Three aspects of these hotly contested races that are salient for sustainable democracy in Africa are already clear.

First, in highly polarised but diverse societies, close elections are to be expected, and demand nonviolent and just democratic discipline.

Second, electoral integrity matters and must be transparent and authoritative. Citizens need to be confident that all their votes will be counted. Trump and his allies denigrated the certified electoral results in 2020 and the accuracy of voting last week. But voting in all 50 states went off with very few glitches.

Third, candidates must “play by the rules”. The most important of which is to concede when informed by election officials that you have lost. If candidates fail to do this, the risk of violence becomes acute, as it did in the assault on the US Capitol by Trump supporters on 6 January 2021. Voters in the midterms showed that they rejected “electoral denialism” without proof.

A divisive but decisive issue that motivated high turnout in several US several swing states was whether women have a human right to decide for themselves whether to have an abortion, within democratically agreed rules.

Read more: How US policy on abortion affects women in Africa

Many other democracies, including South Africa, constitutionally guarantee this right. Republicans have long imposed abortion restrictions on women’s health programmes sponsored by the US Agency for International Development. During the Obama Administration they were removed, but Trump reimposed them.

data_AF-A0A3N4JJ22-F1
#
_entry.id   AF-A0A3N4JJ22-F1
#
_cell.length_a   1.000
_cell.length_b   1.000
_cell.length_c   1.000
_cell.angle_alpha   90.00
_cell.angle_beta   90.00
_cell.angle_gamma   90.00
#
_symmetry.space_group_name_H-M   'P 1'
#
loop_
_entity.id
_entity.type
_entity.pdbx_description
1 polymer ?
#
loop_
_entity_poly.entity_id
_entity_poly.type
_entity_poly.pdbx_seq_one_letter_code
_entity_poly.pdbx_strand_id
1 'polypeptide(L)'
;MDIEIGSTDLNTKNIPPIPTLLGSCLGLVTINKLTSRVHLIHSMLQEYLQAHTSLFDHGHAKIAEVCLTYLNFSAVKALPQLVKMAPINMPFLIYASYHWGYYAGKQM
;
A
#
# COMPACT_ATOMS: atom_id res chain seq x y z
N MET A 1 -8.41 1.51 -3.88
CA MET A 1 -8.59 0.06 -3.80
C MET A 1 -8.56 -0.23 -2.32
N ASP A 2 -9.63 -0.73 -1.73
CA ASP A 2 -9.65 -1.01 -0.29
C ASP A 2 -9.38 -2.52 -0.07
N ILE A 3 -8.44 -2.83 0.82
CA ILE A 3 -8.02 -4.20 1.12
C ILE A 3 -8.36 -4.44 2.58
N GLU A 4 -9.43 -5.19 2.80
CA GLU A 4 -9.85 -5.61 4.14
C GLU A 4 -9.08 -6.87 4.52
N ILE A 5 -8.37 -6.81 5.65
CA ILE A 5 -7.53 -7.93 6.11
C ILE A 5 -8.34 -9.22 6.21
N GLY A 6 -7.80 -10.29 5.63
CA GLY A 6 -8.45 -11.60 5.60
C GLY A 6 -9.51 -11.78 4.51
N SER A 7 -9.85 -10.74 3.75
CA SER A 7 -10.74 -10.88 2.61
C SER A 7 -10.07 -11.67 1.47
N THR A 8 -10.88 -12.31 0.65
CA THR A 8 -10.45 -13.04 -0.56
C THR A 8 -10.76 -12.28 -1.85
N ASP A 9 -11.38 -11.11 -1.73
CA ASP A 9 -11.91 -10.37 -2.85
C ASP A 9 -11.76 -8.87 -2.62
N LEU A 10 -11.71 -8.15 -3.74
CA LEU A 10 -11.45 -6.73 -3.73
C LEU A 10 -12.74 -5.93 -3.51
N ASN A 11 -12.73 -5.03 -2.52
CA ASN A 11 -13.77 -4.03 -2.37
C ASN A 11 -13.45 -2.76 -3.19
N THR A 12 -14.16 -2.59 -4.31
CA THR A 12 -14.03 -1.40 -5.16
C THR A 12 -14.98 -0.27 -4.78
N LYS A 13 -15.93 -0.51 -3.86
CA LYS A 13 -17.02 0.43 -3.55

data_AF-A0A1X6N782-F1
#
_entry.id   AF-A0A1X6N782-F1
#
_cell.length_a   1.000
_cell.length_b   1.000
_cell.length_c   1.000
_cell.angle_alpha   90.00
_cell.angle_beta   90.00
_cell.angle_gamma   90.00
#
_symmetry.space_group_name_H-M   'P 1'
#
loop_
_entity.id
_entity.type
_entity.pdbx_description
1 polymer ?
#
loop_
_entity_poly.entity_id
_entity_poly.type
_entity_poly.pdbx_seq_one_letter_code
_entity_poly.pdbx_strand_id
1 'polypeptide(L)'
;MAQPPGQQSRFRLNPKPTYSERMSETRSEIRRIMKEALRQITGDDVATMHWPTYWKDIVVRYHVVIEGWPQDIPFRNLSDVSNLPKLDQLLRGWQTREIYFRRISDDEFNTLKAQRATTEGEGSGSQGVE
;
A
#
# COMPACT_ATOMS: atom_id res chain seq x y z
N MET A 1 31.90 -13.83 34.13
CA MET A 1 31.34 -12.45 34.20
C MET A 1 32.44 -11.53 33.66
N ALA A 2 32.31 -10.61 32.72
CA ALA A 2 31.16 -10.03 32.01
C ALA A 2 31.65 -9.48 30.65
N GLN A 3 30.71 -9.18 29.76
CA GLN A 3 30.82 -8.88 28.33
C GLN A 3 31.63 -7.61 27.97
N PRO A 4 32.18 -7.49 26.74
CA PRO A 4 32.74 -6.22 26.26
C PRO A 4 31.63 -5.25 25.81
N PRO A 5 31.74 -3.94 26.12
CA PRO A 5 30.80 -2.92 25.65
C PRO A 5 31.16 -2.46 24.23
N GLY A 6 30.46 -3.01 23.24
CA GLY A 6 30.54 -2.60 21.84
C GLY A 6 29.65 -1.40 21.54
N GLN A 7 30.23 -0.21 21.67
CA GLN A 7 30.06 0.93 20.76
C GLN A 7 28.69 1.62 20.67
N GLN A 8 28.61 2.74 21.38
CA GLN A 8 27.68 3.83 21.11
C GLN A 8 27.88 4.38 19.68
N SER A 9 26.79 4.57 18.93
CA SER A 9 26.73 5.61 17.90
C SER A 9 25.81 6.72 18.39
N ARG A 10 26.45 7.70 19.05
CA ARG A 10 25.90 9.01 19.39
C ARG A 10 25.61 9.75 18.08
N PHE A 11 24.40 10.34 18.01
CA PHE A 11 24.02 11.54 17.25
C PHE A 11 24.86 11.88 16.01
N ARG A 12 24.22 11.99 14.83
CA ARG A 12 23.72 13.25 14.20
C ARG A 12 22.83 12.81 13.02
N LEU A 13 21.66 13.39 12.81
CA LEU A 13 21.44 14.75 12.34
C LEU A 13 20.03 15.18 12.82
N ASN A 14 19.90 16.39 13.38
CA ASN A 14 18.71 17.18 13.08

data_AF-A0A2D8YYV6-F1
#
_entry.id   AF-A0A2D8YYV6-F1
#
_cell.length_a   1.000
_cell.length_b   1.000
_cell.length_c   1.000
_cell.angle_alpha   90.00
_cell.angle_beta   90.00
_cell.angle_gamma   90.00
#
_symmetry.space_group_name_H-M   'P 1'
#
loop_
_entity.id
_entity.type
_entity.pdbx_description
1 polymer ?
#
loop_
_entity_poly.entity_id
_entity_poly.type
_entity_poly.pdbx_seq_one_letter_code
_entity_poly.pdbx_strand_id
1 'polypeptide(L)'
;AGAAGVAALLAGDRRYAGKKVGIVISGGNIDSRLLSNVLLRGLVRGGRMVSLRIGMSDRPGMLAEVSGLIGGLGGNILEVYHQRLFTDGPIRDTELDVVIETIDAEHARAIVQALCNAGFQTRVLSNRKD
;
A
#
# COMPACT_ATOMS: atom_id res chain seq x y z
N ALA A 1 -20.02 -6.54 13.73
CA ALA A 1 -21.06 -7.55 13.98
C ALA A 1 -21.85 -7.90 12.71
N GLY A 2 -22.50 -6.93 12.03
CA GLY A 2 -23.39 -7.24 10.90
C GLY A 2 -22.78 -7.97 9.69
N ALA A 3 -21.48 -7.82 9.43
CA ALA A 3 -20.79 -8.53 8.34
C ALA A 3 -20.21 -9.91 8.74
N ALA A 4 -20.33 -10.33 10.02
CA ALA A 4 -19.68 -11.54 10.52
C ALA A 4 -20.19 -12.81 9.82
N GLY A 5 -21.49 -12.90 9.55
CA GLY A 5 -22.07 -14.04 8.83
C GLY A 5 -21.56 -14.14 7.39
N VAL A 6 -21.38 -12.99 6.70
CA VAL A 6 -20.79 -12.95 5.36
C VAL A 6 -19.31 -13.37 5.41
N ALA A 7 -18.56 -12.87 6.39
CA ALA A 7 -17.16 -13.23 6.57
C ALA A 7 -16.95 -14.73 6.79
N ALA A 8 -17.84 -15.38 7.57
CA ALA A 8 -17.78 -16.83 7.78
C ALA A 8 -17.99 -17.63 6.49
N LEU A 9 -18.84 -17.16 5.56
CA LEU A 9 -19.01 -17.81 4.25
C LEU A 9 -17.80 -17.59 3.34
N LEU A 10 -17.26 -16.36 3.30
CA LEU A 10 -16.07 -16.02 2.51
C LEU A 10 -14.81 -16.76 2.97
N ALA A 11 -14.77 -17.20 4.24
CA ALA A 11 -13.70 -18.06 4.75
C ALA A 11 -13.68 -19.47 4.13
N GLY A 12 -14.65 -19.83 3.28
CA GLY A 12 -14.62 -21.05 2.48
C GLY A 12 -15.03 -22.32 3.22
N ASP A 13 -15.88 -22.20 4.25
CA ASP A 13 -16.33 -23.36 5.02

US elections and the world

The 2022 US midterm election at least offers hope that constitutional or civic nationalism – not white racial nationalism – will define US democracy. The country is demographically becoming more ethnically diverse, in that sense more like Africa.

A man wearing a suit, shirt and tie appears in a pensive mood.
Former US President Donald Trump. Saul Loeb/AFP via Getty Images

America has a large and growing African diaspora. According to exit polls, eight in 10 black Americans voted for Democratic candidates in the 2022 midterm election, although Republicans are making some inroads. Many are recent immigrants from Africa who continue to maintain close family and cultural ties to their countries of origin.

African scholars and diplomats could learn important lessons from their diaspora’s hopes and fears about America’s version of democracy and federal system.

Mutual learning

All African governments are collectively committed to basic democratic principles under the Constitutive Act of the African Union and the African Charter for Democracy, Elections, and Governance.

The United States, the world’s oldest democratic experiment, remains vulnerable to a populist demagogue, determined to defy the first principle of sustainable democracy: the peaceful transition of power. This alone should give African scholars incentives to learn more about the internal workings of American politics and why and how this principle showed resilience in the 2022 midterm poll.

This could inform their debates about which version of democracy is best for their nation, and might even yield fresh insights of value to American democrats as they strive to fulfil their constitution’s promise to “form a more perfect union”.